Saturday, May 28, 2011

Warded off by Drunken Hillbillies

After much planning and scouting, on Friday, May 20, several friends and I set about running the Cahaba from the Highway 26-Riverbend Rd put-in in Bibb County to the Cahaba River Historical Park in Centreville. The run was a little over 8 miles by the river, with the plan being to camp on a sandbar off Harrisburg Rd and run the 13 miles from Centreville to Harrisburg Rd on Saturday.

Although the water was low fairly low (about 380cfs according to the Centreville gage), we had a nice paddle on Friday. There was not much current, and we were in no hurry despite our late start. We did the run in a little over 3 1/2 hours, including regular stops along the way. Most of the run is flatwater, but the last two miles or so include regular shoals that can be fun and break up the monotony a bit. We also ran across some bow fishers, who didn't appear to be having any luck.

Paddling the Cahaba near Centreville from Jeremy Richter on Vimeo.

After finishing the run about 4:30pm, we collected our boats and headed off down Harrisburg Rd to set up camp. Although the Cahaba River Historical Park has some nice camp grounds (which require making a reservation through Centreville City Hall, and a $10 site fee), we were looking for something a bit more secluded. And boy, did we find it!

Where the Cahaba passes under Harrisburg Rd is far removed from any form of civilization. Yet it is not beyond the reach of idle adolescents in possession of spray paint. The Harrisburg Rd bridge bears many names, messages, and pictures, most of which involve the male reproductive organ. We were not deterred by this, though perhaps we ought to have been.

Following some dirt trails almost to the river, we parked and began setting up camp. The tent went up, and shortly thereafter, a fire pit was created along with a precariously-arranged set of bamboo sticks to hold up the grill top. The chicken went on shortly after that, followed by still-husked corn.

With dinner wrapped up, we were beginning to wind down, planning to head to bed early so as to be ready for our long paddle on Saturday morning. The fireflies and frogs were out, but so too were some drunk locals. The Harrisburg bridge was about a quarter mile from our campsite on the sandbar, and we heard a big truck rumble up to the bridge and stop. Doors opened and closed. Voices and flashlights. "Hey, there's somebody on the sandbar!" Then the shouting was directed our way, as were the beams of flashlights, though we were out of reach. A couple of large-ish sounding things were then thrown into the river. Truck doors open and close again. The loud loping sound of a V-8 commences, and then the truck is riding around somewhere out of sight but behind us. It was then that my cowardice prevailed: "Fellas, it's time to go." With a consensus, we began to pull up camp at a much more frenetic pace than it had been set out. Impressively, despite the darkness and hurried state of affairs, we left nothing behind.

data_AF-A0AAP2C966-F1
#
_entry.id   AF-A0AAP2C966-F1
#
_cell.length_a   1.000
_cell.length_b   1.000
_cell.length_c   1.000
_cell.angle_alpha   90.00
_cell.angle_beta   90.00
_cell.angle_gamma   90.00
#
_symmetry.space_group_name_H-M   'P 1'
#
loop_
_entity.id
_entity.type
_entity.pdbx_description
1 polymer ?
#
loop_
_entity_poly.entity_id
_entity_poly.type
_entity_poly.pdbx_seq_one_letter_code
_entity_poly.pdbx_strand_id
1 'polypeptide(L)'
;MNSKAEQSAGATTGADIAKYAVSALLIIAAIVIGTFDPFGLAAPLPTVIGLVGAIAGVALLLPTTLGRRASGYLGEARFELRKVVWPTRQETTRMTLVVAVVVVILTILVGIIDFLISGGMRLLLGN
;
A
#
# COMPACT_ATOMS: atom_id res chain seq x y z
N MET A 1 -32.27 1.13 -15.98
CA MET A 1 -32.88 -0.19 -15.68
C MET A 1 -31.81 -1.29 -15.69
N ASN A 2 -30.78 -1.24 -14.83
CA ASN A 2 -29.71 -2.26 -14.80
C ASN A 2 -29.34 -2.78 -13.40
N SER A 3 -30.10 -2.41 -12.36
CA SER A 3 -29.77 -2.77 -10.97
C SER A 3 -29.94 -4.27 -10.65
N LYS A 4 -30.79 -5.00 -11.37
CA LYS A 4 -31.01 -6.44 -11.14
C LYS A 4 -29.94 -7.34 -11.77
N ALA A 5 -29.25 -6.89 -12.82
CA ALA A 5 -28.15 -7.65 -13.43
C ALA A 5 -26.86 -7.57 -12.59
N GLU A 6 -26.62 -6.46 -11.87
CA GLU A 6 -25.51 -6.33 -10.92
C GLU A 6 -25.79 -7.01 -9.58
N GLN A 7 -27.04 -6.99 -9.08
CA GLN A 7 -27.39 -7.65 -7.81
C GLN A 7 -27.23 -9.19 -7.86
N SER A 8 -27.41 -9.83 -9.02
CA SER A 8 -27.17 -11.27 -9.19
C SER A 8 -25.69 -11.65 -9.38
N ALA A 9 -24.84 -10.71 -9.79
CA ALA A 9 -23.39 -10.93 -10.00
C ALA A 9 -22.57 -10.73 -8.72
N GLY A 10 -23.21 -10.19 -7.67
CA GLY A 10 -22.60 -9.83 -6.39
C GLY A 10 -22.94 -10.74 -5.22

With all things properly loaded and battened down, we left bouncing out way through the dirt trails through which we had come. But then...a wrong turn was taken. A truck bottomed out. A gunning engine and low first get it through, but it begins to make a terrible sound. Once we get to the road, we hop out to see what the noise is; the bed has come off the frame, and the wheelwell is rubbing the tire. With some lifting and pushing and pulling, the frame falls back into place. But the truck won't start. The battery cables were jostled loose; nothing a socket wrench and some luck can't handle. Finally, we're off, and this before our hillbilly cohorts return to harass some campers on the sandbar, or perhaps with more malevolent intentions.

With no other real options available, we made the long trek home. The paddling trip of the following day, postponed for the indefinite future.

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